|I go hiking because I love it and it's making me healthier - not to lose weight|
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I have spent the past year changing my life to battle my diabetes and improve my health.
I've changed the way I eat. I've made a commitment to daily exercise.
But most important, I've changed the way I think about food, exercise and my health.
When I decided last year to make these changes, I set a goal.
Unlike all the health-related goals I had set in the past, this goal was not about losing weight. This one had nothing to do with a number on a scale.
What do I really want?
That day in August 2015 when my doctor called to tell me that I had diabetes, I thought about what I really wanted for the rest of my life, however long that is.
I realized I want two things.
I want to be healthy. And I want to be happy.
Everything else matters less.
I hate dieting. And dieting doesn't work for me.
I know I'm not the only one who hates the word "diet."
Here's what goes through my brain when I think about dieting:
Deprivation. Longing. Missing out. Spartan. Measuring. Boring. Strict. Rigid. Proscribed. Negative. Irritable. Temporary.
If I want to stay healthy for the rest of my life, my new way of eating can't be temporary. It has to be permanent.
No wonder dieting never worked for me in the past.
|I don't use the word "diet" anymore. Food can make me sick, or it can make me healthy.|
Retraining my brain
Every change I have made this year has been about getting healthier, not about losing weight.
A year ago, when I was trying to figure out what and how to eat, I decided I would look at food and ask one question:
Is this going to make me healthier, or is this going to make me sicker?
Making the right decisions instantly got easier.
But not only easier. Happier. Choosing foods that would make me healthier felt good. Being in control felt good. And knowing that I was doing something to change my life for the better made me happy.
Being happy made it easier for me to continue to make the right choices for my health.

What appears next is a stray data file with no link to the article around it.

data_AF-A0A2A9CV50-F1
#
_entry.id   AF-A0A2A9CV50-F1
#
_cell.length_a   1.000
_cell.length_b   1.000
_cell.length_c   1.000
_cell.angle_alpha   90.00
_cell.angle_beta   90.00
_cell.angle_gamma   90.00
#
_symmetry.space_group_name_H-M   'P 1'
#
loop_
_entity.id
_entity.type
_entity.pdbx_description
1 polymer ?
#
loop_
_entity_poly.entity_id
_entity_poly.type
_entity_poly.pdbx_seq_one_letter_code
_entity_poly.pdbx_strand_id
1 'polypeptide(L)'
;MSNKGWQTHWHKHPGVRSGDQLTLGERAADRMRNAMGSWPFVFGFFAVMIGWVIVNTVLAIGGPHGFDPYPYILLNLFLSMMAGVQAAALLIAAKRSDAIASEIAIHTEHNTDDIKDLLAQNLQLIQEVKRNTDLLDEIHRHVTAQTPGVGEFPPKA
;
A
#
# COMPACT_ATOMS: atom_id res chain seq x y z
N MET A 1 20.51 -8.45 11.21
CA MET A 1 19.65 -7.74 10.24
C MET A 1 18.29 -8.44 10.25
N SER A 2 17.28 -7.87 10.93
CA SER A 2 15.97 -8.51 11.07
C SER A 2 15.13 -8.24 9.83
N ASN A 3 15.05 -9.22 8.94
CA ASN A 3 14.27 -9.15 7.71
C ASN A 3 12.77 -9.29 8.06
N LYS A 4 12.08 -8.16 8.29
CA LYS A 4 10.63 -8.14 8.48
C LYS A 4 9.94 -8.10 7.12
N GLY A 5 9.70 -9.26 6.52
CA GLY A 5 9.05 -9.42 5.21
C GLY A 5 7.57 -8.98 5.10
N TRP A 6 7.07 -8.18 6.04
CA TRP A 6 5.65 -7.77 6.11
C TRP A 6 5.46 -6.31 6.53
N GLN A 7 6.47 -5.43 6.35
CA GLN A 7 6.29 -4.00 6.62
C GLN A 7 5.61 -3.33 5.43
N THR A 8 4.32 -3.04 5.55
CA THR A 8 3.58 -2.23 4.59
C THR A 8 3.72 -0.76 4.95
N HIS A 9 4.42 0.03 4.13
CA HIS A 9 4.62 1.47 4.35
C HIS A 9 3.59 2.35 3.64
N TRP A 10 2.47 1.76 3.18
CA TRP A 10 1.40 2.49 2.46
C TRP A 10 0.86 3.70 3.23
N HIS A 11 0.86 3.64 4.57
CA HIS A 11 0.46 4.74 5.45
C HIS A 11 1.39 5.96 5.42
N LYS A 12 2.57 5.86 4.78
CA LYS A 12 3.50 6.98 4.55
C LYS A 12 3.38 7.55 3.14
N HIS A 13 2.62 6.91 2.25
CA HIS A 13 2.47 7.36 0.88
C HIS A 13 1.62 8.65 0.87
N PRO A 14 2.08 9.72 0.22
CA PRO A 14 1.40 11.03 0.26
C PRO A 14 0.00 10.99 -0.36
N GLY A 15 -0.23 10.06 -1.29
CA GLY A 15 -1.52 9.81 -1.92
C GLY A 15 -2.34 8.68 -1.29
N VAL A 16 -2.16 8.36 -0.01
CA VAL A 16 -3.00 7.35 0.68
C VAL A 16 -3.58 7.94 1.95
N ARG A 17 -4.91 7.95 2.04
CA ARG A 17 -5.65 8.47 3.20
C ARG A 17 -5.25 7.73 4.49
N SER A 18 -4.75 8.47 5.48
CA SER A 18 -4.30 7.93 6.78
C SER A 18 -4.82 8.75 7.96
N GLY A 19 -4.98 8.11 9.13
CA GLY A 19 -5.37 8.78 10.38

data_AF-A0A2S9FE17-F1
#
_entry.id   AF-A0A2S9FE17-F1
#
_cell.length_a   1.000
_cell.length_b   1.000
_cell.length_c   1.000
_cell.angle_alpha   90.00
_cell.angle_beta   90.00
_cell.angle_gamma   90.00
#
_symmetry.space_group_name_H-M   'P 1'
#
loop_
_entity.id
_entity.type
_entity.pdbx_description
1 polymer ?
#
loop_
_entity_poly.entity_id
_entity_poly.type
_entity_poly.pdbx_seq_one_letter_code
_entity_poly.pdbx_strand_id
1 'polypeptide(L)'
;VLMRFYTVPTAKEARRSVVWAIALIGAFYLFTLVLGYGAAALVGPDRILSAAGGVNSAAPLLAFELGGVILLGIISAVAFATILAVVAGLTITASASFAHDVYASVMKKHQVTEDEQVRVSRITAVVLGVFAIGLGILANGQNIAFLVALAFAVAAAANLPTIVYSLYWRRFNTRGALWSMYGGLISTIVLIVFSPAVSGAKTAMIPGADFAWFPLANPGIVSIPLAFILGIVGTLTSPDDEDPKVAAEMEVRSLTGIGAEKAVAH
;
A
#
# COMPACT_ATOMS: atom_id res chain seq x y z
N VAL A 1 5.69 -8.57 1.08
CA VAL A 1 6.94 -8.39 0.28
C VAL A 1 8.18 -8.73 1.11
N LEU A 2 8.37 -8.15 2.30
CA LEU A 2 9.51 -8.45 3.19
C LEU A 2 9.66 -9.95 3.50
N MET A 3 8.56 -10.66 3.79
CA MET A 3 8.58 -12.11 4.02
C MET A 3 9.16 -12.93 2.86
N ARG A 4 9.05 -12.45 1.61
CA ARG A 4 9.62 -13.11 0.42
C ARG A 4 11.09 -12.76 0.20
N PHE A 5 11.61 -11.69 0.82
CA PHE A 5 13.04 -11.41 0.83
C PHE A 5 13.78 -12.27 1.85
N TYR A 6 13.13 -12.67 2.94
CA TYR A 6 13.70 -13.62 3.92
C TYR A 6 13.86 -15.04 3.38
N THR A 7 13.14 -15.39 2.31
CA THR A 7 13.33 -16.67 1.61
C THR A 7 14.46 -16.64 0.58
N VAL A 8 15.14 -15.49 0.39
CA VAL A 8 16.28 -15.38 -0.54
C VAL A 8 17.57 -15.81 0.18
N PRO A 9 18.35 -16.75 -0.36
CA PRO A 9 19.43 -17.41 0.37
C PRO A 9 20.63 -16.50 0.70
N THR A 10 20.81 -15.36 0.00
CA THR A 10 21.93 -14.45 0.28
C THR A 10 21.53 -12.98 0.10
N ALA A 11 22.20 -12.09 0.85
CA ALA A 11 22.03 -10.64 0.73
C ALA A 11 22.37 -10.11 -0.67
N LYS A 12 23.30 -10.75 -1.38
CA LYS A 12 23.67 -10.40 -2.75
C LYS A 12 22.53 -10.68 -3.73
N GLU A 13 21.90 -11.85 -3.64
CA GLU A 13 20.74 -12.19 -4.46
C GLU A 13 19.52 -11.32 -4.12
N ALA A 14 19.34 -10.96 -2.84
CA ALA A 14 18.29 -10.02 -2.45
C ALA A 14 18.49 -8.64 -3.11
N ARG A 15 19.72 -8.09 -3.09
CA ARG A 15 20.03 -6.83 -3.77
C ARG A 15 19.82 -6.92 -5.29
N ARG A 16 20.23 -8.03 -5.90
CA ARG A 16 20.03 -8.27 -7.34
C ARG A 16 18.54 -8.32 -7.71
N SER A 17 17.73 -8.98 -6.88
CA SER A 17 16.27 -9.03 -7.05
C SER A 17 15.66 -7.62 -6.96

This journey is not about losing weight.
Three months after my doctor's fateful call, I went in to see him again.
In three months, the changes I had made dropped all the worrisome blood sugar numbers back into safe territory. I was no longer sick.
As it happened, I had also lost weight. But that wasn't what put the smile on my face. That wasn't what was making me happy that day.
I love my doctor very much. He's supportive, gentle and eminently reasonable. But I had to change the way he thought about my health, too.
"What's your goal?" he asked me at that three-month checkup.
"My goal is not to be sick," I answered.
"No," he responded, "I meant, what's your weight loss goal?"
"My weight loss goal is not to be sick," I said. "If I never lose another pound in my entire life, and my blood tests and other exams tell us that I'm healthy, then I will have reached my goal."
Few changes truly happen overnight.
Next time I see him, my doctor will probably ask me again about my weight loss goal. And I will probably have to remind him that, for me, this is not about losing weight.
My brain is still in transition mode, too. Sometimes I catch myself looking at my body sideways in the mirror, thinking "Why is my stomach still so huge? If I'm doing all the right things every single day, why haven't I lost more weight? Why aren't I smaller yet?"
And then I think about what I want. What I really, really want.
And I realize that I'm getting there.
And I step away from the mirror.